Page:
NJ State Inventor's Lab

NJ State Inventor's Lab

What problem does it solve? 1. Helps support/secure important services/programs for New Jersey residents, and alleviate some of the state’s annual budget/fiscal challenges. 2. Need for legitimate supports for inventors. The task of applying for a patent alone is an obscure/complex process, often discouraging inventors. And finally, there are too many scams, often leading to astronomical fees and theft of the inventors’ intellectual property. What is your solution and who does it apply to? Solution: Create a sustainable, and more long-term funding stream for the state– through an agreement between state government and its employees and other public/private entities. Through a legally binding agreement, selected inventors whose inventions meet a criteria, a market need and commercialization potential, agree to earmark a percentage of their profits to the state treasury, while the state assists inventors with development, patent, marketing, and commercialization. As a state sponsored Inventor’s Lab, the program could be modeled after similar programs in existence at research and academic institutions. What is the anticipated impact? Much like NJENJINE, the state's Inventor’s Lab would infuse innovation and an annual funding stream. The “Lab” would augment the state’s capacity to continue to fiscally meet the needs of its residents, alleviate some of the high costs to New Jersey residents, embolden the entrepreneurial spirit, increase the number of small businesses– including minority and women-owned businesses in New Jersey– and showcase the innate talent of employees, their love for and commitment to their home state.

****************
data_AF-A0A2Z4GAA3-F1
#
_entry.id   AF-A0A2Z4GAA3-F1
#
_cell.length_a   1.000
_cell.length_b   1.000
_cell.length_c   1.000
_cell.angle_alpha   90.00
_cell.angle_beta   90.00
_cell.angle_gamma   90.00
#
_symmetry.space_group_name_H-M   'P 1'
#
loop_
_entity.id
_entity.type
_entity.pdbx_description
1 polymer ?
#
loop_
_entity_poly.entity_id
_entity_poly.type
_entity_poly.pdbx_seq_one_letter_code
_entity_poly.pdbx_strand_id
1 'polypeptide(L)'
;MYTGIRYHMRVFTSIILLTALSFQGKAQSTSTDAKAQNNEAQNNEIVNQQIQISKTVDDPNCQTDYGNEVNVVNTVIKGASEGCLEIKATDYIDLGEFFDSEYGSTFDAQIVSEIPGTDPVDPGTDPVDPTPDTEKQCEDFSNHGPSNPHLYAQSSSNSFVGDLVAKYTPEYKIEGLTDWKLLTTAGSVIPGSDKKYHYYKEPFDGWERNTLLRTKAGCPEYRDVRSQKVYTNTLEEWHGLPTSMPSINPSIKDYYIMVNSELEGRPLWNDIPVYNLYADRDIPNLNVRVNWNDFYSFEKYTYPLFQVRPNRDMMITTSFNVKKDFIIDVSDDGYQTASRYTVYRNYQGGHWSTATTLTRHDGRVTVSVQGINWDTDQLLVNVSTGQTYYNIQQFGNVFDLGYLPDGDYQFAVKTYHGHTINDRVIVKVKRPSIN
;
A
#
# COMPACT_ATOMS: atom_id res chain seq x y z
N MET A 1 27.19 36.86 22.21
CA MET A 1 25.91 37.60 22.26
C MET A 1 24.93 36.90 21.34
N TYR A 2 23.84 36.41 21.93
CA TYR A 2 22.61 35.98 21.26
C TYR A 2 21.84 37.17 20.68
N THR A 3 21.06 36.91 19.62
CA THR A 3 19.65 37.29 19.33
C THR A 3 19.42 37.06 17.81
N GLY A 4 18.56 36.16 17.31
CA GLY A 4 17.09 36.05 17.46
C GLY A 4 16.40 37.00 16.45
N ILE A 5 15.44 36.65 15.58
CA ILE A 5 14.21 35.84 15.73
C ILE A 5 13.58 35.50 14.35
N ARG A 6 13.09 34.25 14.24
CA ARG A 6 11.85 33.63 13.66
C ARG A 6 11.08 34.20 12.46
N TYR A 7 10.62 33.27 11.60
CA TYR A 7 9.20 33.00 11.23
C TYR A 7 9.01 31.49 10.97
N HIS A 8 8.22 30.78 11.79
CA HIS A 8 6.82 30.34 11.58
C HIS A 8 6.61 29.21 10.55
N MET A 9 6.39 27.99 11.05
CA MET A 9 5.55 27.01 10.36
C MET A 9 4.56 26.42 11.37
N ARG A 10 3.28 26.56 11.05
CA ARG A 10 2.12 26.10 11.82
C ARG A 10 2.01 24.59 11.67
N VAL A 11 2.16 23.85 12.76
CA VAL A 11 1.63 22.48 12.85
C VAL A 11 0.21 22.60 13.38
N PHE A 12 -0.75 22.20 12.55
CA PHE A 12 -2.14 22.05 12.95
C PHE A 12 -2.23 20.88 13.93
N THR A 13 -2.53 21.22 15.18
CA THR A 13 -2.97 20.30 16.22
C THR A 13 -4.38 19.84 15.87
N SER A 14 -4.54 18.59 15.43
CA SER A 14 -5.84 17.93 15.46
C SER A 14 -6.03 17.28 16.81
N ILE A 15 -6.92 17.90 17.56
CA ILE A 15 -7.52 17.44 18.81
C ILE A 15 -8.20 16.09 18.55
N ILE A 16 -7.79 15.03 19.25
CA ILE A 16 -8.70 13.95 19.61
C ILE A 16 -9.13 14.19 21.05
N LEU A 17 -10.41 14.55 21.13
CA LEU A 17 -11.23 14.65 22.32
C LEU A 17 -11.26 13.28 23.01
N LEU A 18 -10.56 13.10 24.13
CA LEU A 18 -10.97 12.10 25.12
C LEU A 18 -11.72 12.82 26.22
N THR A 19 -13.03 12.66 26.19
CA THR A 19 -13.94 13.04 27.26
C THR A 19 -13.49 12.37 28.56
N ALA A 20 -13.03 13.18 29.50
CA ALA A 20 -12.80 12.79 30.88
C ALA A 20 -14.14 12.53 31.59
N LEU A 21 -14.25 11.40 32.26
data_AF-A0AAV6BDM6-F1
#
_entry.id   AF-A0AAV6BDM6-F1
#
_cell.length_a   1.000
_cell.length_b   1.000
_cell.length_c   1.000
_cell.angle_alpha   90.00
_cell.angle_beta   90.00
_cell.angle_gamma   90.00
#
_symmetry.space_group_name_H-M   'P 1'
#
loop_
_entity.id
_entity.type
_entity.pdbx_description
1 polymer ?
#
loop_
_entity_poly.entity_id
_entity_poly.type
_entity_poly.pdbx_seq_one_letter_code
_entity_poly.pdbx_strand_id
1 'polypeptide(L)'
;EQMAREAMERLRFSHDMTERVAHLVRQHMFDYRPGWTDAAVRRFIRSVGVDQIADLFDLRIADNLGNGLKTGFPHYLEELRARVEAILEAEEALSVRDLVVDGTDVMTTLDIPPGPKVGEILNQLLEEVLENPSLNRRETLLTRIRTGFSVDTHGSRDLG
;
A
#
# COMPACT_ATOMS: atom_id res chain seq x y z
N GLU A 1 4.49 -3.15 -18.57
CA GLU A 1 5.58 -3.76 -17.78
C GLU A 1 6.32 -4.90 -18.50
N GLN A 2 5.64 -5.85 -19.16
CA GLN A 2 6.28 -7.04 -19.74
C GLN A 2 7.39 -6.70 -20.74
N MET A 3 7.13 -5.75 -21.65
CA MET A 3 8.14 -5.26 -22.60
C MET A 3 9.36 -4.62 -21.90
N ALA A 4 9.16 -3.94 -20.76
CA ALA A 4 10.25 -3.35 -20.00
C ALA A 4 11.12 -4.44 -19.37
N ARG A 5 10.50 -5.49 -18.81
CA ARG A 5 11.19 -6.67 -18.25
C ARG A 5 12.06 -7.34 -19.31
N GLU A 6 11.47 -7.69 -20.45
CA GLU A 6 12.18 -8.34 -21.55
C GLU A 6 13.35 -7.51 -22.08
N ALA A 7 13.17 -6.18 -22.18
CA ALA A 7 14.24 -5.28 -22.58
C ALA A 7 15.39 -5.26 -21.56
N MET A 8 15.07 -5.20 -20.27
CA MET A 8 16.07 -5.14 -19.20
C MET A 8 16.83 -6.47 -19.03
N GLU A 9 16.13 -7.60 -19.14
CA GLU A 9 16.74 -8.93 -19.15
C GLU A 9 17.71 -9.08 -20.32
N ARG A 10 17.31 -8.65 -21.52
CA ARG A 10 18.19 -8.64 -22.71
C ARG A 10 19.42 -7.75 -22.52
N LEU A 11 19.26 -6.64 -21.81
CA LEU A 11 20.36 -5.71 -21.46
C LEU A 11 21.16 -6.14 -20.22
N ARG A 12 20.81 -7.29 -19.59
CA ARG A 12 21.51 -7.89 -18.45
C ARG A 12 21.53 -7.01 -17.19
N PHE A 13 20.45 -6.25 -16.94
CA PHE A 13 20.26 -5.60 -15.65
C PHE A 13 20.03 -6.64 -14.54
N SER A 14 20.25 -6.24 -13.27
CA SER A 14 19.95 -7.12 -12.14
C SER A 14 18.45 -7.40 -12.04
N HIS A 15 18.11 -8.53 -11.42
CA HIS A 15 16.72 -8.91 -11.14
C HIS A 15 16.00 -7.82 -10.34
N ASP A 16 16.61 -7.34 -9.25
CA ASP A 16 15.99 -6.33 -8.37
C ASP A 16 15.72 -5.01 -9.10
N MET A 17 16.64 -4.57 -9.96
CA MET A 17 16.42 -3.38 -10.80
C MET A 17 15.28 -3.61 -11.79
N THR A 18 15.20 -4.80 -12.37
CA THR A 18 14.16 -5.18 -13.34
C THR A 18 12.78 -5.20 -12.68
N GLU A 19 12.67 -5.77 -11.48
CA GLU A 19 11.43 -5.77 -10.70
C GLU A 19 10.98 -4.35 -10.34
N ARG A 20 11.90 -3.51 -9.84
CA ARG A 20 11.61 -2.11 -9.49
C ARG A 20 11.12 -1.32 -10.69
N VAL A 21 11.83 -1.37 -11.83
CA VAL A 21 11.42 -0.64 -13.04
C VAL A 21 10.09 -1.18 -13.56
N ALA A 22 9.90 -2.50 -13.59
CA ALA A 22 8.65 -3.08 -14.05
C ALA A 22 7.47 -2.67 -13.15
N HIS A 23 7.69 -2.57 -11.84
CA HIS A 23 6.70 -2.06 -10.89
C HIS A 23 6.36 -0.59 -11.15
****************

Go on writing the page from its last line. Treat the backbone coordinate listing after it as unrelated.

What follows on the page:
Points

This can be of great value to the state and ensure a diverse pool of innovative ideas.

I AGREE

I agree with this

This proposal has the potential to not only create a new revenue stream for the state, but also spur business ventures that may not have been feasible for those who are under-represented in this aspect. How many exceptional ideas and solutions end up strangled in the muck of patents, testing, and marketing? This is an exciting idea!

I think there's a lot of untapped ingenuity among NJ State employees, and this would be a great opportunity to support that. Rutgers, NJIT, Stevens Institute of Technology all have offices devoted to research and development -- why not follow that model to support innovation from NJ State employees?

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